For consumers in areas where wine stores are sparse, ordering choice bottles online is very convenient. Come this year’s end, however, enophiles will no longer be able to order their favorite merlot or chardonnay (or anything else) from Amazon Wine, the company’s one-stop online shop for over 10,000 wines from around the world.
“As Amazon continues to offer customers additional retail options for buying wine, we will no longer offer a marketplace for wine at this time, and Amazon Wine will close Dec. 31,” the company said in a statement, according to Wine Spectator. “Wine will continue to be offered through Amazon Fresh, Prime Now and Whole Foods Market.”
The decision to terminate wine delivery could be attributed to “tied-house” laws, which prohibit alcohol beverage retailers from profiting off other suppliers in exchange for advertising their products. When Amazon acquired Whole Foods this summer, they inherited retail alcohol licenses in multiple states — technically making them a merchant. Previously, Amazon Wine acted solely as a marketing platform and was able to collect 15-percent fees on every order through wineries’ individual licenses.
To make things even more difficult for wine-lovers, since last year, United Parcel Service, FedEx, and other carriers have refused to ship wine from retailers (including Amazon) to most states. The New York Times reports that retail wine shipments will now be accepted only to Alaska, California, Idaho, Louisiana, Missouri, Nebraska, Nevada, New Hampshire, New Mexico, North Dakota, Oregon, Virginia, West Virginia, and Wyoming, plus Washington, D.C. (Some 45 states in all still accept wine shipments that come directly from the producing wineries, however.)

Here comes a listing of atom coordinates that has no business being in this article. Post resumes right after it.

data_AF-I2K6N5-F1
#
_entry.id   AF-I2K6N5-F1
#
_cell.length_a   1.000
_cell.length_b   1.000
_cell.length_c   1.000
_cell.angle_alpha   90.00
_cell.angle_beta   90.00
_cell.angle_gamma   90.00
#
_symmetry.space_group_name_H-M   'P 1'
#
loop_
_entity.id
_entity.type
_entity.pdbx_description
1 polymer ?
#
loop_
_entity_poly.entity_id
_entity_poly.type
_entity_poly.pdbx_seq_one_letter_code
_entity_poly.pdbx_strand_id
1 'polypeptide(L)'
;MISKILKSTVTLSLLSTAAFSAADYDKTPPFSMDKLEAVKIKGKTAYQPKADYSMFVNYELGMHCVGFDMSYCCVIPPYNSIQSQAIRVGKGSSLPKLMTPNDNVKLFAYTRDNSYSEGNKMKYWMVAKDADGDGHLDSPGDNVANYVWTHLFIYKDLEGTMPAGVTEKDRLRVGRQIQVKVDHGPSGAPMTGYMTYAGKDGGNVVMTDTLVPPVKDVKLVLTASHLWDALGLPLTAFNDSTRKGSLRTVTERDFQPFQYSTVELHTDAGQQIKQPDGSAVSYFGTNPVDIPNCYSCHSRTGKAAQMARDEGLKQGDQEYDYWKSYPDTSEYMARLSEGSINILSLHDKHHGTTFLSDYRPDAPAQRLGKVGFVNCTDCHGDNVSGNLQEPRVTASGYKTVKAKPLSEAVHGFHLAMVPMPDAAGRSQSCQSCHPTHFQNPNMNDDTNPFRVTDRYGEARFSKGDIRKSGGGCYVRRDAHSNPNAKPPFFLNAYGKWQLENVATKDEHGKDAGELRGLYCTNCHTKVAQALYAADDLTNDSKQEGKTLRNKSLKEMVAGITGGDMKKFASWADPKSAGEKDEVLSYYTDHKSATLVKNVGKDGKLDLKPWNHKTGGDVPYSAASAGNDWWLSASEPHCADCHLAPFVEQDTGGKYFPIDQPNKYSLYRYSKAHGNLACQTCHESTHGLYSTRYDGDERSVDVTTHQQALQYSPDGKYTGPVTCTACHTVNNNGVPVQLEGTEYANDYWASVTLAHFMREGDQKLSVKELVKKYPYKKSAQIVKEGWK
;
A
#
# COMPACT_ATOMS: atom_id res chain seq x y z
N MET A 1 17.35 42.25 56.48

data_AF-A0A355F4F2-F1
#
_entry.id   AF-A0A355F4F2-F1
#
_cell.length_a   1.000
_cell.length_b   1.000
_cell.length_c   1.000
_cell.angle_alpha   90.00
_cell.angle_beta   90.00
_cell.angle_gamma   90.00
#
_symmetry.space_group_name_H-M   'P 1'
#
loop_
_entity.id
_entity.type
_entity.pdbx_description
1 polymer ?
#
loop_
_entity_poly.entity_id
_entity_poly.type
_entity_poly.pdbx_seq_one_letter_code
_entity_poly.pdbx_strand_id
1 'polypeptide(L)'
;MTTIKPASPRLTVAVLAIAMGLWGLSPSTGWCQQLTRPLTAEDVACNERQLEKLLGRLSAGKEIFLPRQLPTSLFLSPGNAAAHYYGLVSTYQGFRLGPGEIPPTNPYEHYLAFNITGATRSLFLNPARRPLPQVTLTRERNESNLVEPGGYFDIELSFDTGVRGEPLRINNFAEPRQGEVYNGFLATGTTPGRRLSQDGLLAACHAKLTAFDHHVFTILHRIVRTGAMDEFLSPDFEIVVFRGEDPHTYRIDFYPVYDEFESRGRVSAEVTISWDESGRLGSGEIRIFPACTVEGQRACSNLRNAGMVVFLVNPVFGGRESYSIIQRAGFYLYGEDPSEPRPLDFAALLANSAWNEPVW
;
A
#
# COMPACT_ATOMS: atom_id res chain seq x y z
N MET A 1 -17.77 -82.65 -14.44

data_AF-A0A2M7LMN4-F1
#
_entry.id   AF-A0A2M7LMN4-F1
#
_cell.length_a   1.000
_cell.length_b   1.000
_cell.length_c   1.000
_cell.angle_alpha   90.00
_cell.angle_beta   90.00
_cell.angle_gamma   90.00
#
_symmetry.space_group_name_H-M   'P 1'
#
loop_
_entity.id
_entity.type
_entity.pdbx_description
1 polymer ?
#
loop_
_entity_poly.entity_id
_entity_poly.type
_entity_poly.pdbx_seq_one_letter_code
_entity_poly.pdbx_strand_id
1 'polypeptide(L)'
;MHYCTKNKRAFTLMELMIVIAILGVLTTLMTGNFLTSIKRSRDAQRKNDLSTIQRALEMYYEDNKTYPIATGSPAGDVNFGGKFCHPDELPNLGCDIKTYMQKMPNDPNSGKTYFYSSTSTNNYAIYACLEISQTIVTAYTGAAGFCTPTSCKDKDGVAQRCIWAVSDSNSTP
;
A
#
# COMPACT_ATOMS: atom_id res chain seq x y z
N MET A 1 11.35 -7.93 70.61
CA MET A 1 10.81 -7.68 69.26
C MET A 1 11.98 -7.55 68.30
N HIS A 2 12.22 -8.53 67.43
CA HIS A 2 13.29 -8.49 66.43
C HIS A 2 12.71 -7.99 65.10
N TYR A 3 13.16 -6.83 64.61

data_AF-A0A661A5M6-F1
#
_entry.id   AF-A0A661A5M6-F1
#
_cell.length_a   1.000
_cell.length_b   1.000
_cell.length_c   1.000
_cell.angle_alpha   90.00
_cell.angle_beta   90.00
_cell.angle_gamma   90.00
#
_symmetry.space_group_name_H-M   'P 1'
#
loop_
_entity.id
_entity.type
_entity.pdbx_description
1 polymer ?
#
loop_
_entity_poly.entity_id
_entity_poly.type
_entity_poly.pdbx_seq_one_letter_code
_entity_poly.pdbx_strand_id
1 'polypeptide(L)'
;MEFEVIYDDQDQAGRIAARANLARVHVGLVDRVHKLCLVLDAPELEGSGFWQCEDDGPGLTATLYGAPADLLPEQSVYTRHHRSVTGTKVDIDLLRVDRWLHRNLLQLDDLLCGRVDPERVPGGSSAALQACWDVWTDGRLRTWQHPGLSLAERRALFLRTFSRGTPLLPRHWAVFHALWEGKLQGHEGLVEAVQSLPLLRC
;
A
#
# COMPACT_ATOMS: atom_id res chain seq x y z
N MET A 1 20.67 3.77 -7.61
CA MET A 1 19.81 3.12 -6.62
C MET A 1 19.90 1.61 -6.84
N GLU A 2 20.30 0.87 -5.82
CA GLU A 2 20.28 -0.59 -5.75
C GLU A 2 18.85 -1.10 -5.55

Many states have long had laws on the books restricting cross-border importation of alcoholic beverages, but enforcement has been spotty. That has now changed, and many retailers believe the change in policy comes at the behest of wholesalers, who offer hearty donations to state legislators and other officials. In New York State, for instance, wholesalers have contributed $2.7 million to candidates for office while retailers compare at $678,000, according to statistics obtained by The New York Times.
Wholesalers say that their support for stricter enforcement of interstate commerce laws derives from their desire to protect consumers from fraud, threats to health, and underage drinking. Whatever the impetus, the new policies are bad news for wine retailers.
“The internet has allowed many industries to go forward, but this is sending us backward,” Grapes the Wine Company’s Daniel Posner told The New York Times.
For a little something to take the edge off — visit one (or all) of the 101 best wineries in America.